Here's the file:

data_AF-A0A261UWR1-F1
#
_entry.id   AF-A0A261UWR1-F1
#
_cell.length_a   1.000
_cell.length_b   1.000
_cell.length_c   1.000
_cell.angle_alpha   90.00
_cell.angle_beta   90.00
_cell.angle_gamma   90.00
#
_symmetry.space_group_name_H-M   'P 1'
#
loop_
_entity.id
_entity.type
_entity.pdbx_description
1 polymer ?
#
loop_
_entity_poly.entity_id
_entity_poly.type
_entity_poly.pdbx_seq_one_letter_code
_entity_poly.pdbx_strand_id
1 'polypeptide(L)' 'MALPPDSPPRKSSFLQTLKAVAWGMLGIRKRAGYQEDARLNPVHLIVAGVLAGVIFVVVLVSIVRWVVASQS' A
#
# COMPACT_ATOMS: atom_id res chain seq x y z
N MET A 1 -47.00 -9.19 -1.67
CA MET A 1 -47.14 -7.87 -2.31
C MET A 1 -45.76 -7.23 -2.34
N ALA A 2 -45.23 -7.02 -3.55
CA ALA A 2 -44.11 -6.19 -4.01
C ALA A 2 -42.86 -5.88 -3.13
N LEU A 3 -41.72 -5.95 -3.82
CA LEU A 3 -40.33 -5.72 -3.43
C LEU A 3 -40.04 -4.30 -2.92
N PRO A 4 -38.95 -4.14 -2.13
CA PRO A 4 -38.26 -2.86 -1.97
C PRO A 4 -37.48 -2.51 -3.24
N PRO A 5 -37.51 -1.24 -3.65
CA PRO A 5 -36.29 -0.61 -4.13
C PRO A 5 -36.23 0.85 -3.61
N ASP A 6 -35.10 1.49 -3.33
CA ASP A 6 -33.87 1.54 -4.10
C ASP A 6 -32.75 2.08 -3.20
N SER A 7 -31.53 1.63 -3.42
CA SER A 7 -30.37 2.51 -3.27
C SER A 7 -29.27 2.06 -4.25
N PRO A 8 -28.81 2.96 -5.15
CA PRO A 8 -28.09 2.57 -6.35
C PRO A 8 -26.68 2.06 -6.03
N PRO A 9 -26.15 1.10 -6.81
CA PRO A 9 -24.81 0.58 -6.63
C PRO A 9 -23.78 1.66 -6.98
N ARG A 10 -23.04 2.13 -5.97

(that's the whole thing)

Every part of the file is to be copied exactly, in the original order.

data_AF-A0A261UWR1-F1
#
_entry.id   AF-A0A261UWR1-F1
#
_cell.length_a   1.000
_cell.length_b   1.000
_cell.length_c   1.000
_cell.angle_alpha   90.00
_cell.angle_beta   90.00
_cell.angle_gamma   90.00
#
_symmetry.space_group_name_H-M   'P 1'
#
loop_
_entity.id
_entity.type
_entity.pdbx_description
1 polymer ?
#
loop_
_entity_poly.entity_id
_entity_poly.type
_entity_poly.pdbx_seq_one_letter_code
_entity_poly.pdbx_strand_id
1 'polypeptide(L)' 'MALPPDSPPRKSSFLQTLKAVAWGMLGIRKRAGYQEDARLNPVHLIVAGVLAGVIFVVVLVSIVRWVVASQS' A
#
# COMPACT_ATOMS: atom_id res chain seq x y z
N MET A 1 -47.00 -9.19 -1.67
CA MET A 1 -47.14 -7.87 -2.31
C MET A 1 -45.76 -7.23 -2.34
N ALA A 2 -45.23 -7.02 -3.55
CA ALA A 2 -44.11 -6.19 -4.01
C ALA A 2 -42.86 -5.88 -3.13
N LEU A 3 -41.72 -5.95 -3.82
CA LEU A 3 -40.33 -5.72 -3.43
C LEU A 3 -40.04 -4.30 -2.92
N PRO A 4 -38.95 -4.14 -2.13
CA PRO A 4 -38.26 -2.86 -1.97
C PRO A 4 -37.48 -2.51 -3.24
N PRO A 5 -37.51 -1.24 -3.65
CA PRO A 5 -36.29 -0.61 -4.13
C PRO A 5 -36.23 0.85 -3.61
N ASP A 6 -35.10 1.49 -3.33
CA ASP A 6 -33.87 1.54 -4.10
C ASP A 6 -32.75 2.08 -3.20
N SER A 7 -31.53 1.63 -3.42
CA SER A 7 -30.37 2.51 -3.27
C SER A 7 -29.27 2.06 -4.25
N PRO A 8 -28.81 2.96 -5.15
CA PRO A 8 -28.09 2.57 -6.35
C PRO A 8 -26.68 2.06 -6.03
N PRO A 9 -26.15 1.10 -6.81
CA PRO A 9 -24.81 0.58 -6.63
C PRO A 9 -23.78 1.66 -6.98
N ARG A 10 -23.04 2.13 -5.97